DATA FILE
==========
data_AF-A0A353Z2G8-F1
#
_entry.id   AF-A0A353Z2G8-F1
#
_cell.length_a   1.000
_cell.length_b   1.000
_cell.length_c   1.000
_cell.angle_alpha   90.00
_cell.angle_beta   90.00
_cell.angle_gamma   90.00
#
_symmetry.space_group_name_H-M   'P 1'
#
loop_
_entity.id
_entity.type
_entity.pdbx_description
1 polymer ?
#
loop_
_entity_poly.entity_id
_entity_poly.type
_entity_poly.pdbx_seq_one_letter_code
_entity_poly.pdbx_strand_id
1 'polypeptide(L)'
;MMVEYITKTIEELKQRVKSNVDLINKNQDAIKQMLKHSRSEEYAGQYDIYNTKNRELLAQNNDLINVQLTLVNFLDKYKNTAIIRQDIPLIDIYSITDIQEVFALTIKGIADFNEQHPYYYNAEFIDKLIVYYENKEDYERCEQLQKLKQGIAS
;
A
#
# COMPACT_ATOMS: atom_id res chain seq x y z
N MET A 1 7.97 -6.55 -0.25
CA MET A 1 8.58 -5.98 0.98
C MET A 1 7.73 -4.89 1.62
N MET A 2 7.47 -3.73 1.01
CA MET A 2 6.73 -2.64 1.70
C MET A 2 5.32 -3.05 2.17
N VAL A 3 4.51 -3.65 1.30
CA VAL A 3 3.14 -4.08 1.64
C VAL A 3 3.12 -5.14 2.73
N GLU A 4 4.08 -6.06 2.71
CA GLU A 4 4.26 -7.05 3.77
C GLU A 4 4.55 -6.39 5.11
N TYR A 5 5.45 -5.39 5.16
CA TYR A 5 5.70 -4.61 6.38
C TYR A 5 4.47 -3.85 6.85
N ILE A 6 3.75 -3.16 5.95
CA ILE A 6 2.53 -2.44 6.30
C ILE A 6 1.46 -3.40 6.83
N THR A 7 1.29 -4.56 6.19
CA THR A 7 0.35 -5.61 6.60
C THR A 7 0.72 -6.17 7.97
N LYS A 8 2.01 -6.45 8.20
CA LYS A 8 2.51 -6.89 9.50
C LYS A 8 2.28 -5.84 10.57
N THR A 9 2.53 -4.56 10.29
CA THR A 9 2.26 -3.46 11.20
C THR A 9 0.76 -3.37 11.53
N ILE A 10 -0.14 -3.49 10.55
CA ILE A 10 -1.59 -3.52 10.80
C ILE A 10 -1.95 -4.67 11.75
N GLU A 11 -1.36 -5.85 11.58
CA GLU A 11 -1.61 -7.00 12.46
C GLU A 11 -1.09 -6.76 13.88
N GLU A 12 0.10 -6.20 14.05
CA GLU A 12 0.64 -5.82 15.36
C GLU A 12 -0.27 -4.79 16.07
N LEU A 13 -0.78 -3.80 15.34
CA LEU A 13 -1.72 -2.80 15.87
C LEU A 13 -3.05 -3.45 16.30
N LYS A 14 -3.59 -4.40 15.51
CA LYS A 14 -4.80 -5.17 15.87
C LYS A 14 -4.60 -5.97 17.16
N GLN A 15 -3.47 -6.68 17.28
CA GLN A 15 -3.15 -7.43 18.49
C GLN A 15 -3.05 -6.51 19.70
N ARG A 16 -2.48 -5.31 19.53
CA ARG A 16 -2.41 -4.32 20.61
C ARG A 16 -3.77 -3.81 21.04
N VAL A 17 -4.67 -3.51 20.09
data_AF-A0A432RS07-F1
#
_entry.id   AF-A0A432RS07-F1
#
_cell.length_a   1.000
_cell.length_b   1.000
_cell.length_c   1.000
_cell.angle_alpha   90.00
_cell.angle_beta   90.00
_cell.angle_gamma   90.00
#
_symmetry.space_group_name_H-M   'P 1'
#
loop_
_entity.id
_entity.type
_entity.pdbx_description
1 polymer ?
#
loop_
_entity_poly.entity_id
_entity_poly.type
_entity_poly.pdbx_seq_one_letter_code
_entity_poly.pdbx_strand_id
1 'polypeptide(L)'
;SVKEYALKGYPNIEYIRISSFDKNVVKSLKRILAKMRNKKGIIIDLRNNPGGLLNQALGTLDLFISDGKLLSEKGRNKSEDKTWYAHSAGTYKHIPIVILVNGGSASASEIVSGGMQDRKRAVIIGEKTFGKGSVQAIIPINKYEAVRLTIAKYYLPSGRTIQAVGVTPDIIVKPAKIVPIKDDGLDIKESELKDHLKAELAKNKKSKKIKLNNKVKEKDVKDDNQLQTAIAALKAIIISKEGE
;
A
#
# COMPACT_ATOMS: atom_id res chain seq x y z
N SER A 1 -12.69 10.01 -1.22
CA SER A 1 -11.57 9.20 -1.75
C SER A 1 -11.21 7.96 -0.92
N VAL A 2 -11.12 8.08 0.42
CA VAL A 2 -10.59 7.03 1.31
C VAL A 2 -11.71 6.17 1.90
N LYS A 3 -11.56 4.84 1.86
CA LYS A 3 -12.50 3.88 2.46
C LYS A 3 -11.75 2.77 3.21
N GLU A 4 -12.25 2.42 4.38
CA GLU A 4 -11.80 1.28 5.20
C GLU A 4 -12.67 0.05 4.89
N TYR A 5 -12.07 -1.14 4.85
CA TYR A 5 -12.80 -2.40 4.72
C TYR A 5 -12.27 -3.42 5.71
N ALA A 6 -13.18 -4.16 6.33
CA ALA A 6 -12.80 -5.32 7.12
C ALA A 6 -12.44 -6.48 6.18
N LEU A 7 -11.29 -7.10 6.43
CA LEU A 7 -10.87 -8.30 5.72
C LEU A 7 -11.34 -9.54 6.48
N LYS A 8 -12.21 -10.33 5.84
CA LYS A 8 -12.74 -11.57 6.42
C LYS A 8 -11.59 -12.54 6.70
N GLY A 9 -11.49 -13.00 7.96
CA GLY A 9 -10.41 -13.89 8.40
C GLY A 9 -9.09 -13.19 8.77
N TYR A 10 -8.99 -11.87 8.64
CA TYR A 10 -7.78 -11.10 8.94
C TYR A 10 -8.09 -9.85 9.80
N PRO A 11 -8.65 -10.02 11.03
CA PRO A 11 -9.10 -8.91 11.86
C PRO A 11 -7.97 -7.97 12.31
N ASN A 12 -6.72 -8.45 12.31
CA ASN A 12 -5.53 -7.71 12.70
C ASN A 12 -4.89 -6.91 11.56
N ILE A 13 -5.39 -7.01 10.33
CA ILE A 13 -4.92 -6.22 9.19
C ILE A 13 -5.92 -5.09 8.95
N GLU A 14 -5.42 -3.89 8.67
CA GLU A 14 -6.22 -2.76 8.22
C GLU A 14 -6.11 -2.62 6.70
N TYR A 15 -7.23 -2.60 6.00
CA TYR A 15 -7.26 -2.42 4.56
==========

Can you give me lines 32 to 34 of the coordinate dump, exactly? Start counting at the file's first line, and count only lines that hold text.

CA MET A 1 8.58 -5.98 0.98
C MET A 1 7.73 -4.89 1.62
N MET A 2 7.47 -3.73 1.01